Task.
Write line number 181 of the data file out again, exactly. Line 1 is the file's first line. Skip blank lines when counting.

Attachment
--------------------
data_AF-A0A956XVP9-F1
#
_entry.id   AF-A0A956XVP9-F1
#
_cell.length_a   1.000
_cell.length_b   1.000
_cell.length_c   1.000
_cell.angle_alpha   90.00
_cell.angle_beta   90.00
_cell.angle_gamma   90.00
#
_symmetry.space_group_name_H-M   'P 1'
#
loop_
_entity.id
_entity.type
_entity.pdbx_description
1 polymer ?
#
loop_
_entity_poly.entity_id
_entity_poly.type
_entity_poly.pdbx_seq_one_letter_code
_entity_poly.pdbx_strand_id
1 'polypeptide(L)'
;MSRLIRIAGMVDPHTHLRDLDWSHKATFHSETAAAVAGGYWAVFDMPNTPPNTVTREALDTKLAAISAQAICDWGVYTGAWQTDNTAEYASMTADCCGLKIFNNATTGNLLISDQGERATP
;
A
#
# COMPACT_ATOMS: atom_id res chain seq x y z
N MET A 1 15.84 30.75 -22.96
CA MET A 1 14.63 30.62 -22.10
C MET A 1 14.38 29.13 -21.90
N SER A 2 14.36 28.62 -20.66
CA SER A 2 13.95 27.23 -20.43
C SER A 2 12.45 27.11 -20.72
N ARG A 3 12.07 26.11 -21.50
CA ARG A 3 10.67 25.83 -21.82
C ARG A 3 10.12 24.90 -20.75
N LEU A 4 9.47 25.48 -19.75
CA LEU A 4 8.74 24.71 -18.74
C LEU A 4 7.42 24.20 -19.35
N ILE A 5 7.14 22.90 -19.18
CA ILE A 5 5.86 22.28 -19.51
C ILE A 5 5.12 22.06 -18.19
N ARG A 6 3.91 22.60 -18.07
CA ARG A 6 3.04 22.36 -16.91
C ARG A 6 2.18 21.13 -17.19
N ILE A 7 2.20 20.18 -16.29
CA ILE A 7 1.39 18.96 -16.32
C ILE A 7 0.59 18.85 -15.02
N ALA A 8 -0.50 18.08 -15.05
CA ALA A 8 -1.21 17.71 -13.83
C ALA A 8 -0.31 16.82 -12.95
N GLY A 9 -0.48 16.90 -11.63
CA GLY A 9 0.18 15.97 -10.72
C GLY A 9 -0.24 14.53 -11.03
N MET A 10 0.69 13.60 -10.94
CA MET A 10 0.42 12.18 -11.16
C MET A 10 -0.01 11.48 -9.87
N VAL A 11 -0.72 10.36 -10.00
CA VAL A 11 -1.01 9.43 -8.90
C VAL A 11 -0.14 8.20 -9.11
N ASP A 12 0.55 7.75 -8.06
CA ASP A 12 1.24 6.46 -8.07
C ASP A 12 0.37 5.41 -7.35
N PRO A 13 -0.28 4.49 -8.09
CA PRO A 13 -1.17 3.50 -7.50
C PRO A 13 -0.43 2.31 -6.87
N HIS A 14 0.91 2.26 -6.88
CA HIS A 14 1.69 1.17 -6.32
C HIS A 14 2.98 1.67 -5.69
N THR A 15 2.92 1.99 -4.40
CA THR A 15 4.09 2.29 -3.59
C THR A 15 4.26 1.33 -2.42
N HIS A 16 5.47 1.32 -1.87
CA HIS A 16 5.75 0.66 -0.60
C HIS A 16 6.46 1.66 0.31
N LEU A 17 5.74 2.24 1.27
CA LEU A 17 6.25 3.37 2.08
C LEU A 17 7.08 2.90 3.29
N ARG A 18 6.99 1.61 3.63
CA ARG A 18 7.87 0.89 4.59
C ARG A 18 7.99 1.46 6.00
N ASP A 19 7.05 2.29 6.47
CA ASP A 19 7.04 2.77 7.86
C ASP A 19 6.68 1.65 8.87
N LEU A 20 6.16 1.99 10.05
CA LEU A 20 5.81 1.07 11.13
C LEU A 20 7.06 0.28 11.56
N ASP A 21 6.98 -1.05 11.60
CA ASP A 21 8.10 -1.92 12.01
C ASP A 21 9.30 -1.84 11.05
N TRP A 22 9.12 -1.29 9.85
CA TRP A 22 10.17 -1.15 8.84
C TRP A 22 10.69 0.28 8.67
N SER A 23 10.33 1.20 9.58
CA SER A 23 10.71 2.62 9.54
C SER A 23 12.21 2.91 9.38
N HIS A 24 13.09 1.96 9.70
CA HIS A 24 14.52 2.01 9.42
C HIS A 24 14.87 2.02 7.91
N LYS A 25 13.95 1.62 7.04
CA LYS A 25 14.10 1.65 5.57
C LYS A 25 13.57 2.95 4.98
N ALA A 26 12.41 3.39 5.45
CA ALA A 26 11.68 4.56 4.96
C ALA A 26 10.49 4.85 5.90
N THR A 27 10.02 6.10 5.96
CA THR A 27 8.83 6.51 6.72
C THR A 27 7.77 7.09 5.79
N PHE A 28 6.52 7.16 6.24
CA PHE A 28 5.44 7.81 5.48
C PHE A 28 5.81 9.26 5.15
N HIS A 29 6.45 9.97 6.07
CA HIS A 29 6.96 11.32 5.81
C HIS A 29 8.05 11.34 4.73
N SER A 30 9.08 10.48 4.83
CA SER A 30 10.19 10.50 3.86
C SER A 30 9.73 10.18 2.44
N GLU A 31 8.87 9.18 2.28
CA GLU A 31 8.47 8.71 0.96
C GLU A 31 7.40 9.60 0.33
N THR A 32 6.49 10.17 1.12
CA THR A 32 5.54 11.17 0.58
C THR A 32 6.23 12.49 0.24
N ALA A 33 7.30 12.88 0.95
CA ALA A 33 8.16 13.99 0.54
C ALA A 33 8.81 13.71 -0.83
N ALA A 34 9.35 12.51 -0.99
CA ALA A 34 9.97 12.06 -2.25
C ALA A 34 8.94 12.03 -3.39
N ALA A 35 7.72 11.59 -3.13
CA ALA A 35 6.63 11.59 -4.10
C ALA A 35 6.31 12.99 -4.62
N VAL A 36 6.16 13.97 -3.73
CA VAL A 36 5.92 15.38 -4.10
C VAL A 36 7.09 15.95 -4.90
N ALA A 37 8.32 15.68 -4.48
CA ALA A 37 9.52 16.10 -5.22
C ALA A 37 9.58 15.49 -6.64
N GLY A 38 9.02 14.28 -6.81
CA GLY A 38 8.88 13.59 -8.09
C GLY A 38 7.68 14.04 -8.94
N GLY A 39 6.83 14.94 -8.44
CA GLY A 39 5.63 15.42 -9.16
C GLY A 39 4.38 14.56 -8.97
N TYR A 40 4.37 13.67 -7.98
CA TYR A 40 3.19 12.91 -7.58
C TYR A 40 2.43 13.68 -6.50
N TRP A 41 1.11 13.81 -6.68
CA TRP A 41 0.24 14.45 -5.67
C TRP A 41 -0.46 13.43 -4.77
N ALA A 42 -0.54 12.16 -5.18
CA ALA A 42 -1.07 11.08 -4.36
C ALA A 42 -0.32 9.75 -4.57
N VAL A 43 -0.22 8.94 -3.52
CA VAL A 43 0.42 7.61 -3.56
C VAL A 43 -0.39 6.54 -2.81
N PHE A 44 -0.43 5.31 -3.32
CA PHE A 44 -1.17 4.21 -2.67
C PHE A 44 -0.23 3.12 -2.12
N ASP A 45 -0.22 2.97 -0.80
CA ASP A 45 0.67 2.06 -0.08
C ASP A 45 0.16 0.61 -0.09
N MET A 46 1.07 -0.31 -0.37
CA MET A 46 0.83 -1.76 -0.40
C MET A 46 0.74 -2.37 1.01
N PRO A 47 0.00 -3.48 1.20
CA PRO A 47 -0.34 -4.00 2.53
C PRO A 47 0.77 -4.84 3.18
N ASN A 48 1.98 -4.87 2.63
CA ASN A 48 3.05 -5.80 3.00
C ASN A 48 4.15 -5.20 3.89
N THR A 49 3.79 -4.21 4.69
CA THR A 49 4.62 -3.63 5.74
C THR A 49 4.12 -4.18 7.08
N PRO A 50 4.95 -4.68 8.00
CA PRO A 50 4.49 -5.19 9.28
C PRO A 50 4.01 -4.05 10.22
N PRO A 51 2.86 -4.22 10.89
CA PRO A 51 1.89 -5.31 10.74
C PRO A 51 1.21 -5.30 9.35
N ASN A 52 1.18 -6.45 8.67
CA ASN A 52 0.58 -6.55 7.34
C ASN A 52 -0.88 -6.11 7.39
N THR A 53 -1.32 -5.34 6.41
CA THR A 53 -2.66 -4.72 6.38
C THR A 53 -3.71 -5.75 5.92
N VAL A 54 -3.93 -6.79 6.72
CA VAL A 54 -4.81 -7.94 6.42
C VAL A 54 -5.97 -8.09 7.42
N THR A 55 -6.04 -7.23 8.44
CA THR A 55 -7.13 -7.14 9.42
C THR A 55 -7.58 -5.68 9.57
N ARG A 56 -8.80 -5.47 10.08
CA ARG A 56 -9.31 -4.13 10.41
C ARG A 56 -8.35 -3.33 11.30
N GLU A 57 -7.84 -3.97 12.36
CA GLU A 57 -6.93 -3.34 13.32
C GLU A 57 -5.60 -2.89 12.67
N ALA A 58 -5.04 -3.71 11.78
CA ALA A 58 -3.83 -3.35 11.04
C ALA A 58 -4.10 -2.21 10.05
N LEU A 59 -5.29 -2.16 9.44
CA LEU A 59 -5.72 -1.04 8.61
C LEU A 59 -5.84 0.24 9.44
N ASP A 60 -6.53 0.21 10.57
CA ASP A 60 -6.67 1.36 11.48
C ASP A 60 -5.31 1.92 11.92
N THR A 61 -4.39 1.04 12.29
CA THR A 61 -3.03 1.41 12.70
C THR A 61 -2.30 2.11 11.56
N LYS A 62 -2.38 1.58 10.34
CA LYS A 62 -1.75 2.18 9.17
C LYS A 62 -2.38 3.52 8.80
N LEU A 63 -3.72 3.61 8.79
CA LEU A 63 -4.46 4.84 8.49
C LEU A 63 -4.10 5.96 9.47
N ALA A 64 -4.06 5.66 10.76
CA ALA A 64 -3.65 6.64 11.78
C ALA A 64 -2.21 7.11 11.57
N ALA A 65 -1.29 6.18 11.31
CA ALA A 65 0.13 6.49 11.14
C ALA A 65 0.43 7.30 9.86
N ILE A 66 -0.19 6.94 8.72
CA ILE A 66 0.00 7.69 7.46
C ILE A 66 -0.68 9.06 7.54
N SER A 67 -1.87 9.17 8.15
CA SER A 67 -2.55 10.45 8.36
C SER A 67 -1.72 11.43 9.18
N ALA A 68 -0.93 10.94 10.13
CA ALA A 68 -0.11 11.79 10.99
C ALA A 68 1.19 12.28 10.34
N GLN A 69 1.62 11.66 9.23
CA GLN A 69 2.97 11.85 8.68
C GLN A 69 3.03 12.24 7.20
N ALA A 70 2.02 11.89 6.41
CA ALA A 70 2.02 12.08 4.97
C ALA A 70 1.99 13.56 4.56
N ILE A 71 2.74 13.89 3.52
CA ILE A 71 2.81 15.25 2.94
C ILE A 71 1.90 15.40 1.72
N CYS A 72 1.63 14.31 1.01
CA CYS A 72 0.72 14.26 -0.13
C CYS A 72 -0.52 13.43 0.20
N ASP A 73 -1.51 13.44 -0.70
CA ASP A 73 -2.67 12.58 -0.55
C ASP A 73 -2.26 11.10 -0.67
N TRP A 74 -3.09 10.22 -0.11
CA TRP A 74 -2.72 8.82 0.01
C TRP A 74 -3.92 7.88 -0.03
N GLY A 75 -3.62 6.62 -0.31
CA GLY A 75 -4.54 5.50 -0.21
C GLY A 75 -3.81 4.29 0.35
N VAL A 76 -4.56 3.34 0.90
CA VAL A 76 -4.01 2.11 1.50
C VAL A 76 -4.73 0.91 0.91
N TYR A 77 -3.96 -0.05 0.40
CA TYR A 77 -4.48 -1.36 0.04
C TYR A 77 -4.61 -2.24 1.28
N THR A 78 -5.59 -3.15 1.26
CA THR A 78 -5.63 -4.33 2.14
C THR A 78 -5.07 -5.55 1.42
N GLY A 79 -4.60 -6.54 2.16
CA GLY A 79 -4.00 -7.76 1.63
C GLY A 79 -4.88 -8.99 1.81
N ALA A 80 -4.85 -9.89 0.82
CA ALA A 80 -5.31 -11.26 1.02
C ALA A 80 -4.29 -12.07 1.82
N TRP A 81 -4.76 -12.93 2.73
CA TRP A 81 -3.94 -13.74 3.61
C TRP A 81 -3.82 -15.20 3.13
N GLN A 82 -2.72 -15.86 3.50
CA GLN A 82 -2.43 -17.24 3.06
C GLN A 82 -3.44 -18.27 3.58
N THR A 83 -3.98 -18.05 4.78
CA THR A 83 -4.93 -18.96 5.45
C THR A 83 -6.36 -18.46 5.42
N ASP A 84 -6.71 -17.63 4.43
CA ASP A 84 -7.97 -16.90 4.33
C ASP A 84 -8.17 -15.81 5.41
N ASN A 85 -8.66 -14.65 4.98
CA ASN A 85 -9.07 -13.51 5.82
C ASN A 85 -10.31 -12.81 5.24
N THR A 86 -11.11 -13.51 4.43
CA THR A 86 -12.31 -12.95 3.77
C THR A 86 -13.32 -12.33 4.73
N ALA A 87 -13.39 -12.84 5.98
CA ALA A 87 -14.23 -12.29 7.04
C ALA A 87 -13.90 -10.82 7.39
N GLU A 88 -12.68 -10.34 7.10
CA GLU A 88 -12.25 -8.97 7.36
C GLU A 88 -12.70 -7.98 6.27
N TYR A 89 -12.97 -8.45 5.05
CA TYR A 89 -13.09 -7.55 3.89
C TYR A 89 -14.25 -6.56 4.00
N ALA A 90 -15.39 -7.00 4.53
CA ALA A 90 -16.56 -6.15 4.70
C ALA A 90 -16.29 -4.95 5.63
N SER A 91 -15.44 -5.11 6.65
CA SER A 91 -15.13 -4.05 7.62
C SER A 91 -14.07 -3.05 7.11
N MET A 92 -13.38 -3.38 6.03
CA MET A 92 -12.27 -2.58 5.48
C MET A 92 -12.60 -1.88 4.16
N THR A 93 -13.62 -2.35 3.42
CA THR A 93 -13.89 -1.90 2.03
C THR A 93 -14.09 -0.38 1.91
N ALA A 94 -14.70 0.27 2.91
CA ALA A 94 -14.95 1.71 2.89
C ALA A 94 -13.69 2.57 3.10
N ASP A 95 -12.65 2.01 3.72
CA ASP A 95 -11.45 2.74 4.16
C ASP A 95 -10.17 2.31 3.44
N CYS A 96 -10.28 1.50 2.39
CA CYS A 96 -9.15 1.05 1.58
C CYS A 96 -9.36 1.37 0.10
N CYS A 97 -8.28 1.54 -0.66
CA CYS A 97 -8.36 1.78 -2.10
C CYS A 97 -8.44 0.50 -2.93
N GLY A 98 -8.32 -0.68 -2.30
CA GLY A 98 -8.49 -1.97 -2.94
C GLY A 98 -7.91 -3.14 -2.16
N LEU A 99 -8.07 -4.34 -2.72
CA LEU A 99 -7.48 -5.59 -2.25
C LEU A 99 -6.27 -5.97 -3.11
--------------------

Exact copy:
N PRO A 51 2.86 -4.22 10.89